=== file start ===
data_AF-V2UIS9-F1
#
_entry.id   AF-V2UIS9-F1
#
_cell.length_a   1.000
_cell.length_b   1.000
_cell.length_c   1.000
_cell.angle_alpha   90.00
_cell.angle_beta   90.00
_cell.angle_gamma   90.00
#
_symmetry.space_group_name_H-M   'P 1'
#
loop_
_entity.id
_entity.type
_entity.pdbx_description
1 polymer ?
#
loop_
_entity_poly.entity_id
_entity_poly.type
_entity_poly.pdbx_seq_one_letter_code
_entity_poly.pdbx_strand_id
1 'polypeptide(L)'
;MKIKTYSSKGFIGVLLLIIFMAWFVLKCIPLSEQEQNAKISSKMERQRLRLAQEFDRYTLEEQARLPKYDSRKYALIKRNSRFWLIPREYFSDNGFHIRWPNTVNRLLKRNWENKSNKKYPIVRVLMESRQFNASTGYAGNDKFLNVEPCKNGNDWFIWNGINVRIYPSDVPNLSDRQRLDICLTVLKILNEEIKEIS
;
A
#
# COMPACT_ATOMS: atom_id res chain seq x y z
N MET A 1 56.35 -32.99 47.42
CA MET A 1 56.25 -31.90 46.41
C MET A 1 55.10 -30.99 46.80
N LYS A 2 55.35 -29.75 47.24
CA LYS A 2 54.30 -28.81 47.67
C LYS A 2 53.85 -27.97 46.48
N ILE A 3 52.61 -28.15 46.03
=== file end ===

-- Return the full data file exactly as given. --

data_AF-V2UIS9-F1
#
_entry.id   AF-V2UIS9-F1
#
_cell.length_a   1.000
_cell.length_b   1.000
_cell.length_c   1.000
_cell.angle_alpha   90.00
_cell.angle_beta   90.00
_cell.angle_gamma   90.00
#
_symmetry.space_group_name_H-M   'P 1'
#
loop_
_entity.id
_entity.type
_entity.pdbx_description
1 polymer ?
#
loop_
_entity_poly.entity_id
_entity_poly.type
_entity_poly.pdbx_seq_one_letter_code
_entity_poly.pdbx_strand_id
1 'polypeptide(L)'
;MKIKTYSSKGFIGVLLLIIFMAWFVLKCIPLSEQEQNAKISSKMERQRLRLAQEFDRYTLEEQARLPKYDSRKYALIKRNSRFWLIPREYFSDNGFHIRWPNTVNRLLKRNWENKSNKKYPIVRVLMESRQFNASTGYAGNDKFLNVEPCKNGNDWFIWNGINVRIYPSDVPNLSDRQRLDICLTVLKILNEEIKEIS
;
A
#
# COMPACT_ATOMS: atom_id res chain seq x y z
N MET A 1 56.35 -32.99 47.42
CA MET A 1 56.25 -31.90 46.41
C MET A 1 55.10 -30.99 46.80
N LYS A 2 55.35 -29.75 47.24
CA LYS A 2 54.30 -28.81 47.67
C LYS A 2 53.85 -27.97 46.48
N ILE A 3 52.61 -28.15 46.03